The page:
Support's the best!

By Airman 1st Class Andrew Moua 2nd Bomb Wing Public Affairs

For Airmen about to deploy there are many things they must do before boarding the aircraft that takes them into the wild blue yonder. Tasks such as weapons issue, medical appointments and a gas mask fitting are just a few of the items on an Airmen's pre-deployment checklist.

The 2nd Logistics Readiness Squadron mobility flight is responsible for outfitting deploying Airmen, maintaining the equipment issued to them, and keeping track of a multitude of mission essential items.

"We're responsible for keeping track and issuing 12.6 million dollars worth of equipment that Barksdale's Airmen deploy with," said Senior Airman Taylor Leach, 2nd Logistics Readiness Squadron mobility flight. "We work with the Airman's unit deployment manager to make sure we're issuing out the right gear to the correct person."

The equipment Airmen bring with them on deployments largely depends on where they will be going and what they will be doing once they arrive at their deployed location.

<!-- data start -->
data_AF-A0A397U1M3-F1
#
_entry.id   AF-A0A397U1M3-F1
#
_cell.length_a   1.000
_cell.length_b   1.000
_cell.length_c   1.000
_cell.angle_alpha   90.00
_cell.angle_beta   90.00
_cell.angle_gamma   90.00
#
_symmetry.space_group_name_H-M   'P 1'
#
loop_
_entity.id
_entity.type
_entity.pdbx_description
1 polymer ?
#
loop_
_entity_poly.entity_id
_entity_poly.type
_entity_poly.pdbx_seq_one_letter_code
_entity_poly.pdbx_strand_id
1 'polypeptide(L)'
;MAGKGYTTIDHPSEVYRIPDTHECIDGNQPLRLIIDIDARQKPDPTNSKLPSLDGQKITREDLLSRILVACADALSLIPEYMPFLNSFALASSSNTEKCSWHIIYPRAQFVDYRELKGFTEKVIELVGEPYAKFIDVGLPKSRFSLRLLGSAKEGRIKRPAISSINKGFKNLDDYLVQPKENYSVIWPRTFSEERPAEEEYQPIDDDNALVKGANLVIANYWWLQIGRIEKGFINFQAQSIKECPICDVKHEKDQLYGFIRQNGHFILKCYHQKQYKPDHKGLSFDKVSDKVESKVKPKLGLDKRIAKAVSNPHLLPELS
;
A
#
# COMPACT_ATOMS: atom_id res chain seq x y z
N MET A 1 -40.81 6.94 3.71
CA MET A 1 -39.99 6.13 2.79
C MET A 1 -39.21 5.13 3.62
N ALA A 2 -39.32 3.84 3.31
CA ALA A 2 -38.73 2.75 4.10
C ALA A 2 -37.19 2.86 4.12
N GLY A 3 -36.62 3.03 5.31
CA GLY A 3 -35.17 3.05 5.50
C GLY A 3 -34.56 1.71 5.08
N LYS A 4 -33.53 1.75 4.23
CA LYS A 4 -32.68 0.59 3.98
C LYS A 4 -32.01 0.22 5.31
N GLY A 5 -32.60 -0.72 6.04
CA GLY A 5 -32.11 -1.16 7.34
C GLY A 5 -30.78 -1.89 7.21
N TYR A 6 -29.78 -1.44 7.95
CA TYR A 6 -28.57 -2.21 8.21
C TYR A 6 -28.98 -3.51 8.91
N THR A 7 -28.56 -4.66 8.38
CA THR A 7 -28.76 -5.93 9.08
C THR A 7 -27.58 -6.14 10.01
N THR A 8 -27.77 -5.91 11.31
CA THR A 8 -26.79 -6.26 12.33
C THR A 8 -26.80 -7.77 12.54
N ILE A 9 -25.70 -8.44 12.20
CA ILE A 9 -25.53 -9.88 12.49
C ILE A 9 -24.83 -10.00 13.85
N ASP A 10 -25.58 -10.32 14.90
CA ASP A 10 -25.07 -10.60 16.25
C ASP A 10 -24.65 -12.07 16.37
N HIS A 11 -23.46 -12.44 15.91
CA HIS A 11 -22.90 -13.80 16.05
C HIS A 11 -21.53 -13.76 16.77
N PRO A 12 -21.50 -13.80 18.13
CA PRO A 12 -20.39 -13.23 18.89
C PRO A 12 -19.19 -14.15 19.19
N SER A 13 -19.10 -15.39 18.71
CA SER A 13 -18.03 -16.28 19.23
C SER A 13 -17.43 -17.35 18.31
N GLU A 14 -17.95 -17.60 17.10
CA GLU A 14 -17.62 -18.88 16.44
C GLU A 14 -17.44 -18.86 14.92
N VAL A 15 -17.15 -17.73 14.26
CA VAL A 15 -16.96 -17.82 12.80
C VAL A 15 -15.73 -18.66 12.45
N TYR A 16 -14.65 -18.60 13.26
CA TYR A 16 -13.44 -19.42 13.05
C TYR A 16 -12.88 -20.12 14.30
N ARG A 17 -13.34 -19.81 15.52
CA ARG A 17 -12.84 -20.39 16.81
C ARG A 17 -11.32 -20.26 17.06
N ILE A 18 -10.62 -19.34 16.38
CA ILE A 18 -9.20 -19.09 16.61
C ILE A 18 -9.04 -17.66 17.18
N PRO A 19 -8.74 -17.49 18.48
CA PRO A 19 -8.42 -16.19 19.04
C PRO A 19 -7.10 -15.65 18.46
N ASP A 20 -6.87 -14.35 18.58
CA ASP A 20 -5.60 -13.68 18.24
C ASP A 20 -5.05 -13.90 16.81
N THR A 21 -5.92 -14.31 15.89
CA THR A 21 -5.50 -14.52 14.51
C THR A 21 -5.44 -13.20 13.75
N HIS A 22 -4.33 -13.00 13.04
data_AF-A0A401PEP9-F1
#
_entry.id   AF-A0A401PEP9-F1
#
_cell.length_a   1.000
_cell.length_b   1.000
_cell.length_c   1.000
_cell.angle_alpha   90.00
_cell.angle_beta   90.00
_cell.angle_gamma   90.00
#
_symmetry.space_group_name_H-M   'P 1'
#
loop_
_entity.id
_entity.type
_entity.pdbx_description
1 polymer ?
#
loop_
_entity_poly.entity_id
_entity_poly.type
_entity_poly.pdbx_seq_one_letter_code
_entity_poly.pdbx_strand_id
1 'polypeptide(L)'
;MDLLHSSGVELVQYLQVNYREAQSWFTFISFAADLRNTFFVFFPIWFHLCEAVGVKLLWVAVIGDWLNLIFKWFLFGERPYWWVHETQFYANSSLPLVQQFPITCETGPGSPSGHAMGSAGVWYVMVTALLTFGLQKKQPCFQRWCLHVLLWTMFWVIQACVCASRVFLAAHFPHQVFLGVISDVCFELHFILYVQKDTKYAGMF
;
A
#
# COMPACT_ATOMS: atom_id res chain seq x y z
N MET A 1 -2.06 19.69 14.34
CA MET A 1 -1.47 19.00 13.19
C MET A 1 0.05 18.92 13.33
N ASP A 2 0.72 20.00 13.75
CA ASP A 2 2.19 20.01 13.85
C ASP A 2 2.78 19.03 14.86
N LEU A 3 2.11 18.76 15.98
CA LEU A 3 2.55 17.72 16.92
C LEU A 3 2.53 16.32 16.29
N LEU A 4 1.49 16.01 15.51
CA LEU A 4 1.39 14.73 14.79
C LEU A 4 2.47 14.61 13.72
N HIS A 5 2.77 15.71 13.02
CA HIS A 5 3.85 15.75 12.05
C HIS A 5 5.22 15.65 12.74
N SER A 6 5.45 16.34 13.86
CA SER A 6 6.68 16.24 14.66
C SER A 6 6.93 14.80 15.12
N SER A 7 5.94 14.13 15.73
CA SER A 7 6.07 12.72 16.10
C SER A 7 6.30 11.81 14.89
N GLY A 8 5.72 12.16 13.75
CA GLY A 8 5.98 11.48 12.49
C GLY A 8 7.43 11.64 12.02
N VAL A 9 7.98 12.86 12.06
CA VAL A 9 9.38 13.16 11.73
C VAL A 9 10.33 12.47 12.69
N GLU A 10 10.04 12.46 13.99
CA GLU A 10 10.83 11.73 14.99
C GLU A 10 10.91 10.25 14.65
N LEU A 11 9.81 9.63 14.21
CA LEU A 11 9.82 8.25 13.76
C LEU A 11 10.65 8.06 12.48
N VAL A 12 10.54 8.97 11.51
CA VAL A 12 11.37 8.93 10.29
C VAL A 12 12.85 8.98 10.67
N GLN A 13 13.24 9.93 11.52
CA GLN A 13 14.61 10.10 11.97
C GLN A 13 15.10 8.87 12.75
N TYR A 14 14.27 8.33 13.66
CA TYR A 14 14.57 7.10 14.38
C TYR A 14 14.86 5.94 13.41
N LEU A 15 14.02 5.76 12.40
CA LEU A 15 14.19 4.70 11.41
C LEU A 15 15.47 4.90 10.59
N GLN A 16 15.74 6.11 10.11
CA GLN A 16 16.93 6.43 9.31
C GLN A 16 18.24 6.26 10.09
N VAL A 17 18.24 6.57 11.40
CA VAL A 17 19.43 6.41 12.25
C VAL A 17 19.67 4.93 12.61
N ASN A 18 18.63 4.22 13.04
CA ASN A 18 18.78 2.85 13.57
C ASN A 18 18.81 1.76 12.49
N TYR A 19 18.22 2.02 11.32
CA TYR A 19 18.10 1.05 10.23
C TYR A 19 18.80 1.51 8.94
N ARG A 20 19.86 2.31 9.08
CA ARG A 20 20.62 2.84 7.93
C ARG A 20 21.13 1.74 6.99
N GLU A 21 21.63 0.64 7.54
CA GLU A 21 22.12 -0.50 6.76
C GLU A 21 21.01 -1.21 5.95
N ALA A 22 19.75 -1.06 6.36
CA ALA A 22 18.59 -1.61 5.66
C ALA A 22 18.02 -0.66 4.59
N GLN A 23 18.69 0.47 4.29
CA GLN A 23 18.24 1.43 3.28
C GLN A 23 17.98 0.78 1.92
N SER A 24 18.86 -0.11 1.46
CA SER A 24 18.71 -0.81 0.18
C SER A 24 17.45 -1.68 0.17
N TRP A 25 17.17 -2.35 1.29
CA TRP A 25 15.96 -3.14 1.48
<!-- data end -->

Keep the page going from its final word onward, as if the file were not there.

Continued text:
"There are three different kits of equipment which are split into A, B and C bags; the A-bag includes a mess kit, sleeping bag, and first aid kit; B-bags have cold weather gear; and C-bags have your chemical defense gear such as a mission oriented protective posture suit and gas mask," said Tech. Sgt. Tommie Miers, 2 LRS mobility flight NCO in charge of individual protective equipment. "Airmen could possibly receive all three bags, depending on where they are headed and what they will be doing; it's really up to what is in their orders."

With all the gear and equipment the flight must issue, they must also manage all assets under their watch, which is not just limited to the 2nd Bomb Wing.

"As well as maintaining the 2nd Bomb Wing's equipment, we also watch over equipment from other squadrons," said Leach. "We have all the equipment on base, meaning we have equipment from the 307th Security Forces Squadron, 917th Fighter Group and Rapid Engineer Deployable Heavy Operational Repair Squadron Engineers, also known as RED HORSE."

Having to watch over so many different squadron's gear would seem impossible but with the Mobility Inventory Control Accountability System, the flight ensures every helmet, weapon and mess kit is accounted for.

"The MICAS system helps us keep track of every single piece of equipment we have out there," said Miers. "It keeps track of what's been issued out and what is due to be turned in. Without it, I would say having to manually keep track of every piece of equipment would slow us down 75 percent, we'd have to revert to filing receipts and having to start scheduling when people can come in. If we had to do that Barksdale's mission could suffer."

Overall, the 2 LRS mobility flight ensures equipment is ready to be issued on the fly to deploying Airmen to complete their mission of supporting combatant commanders, anytime and anywhere.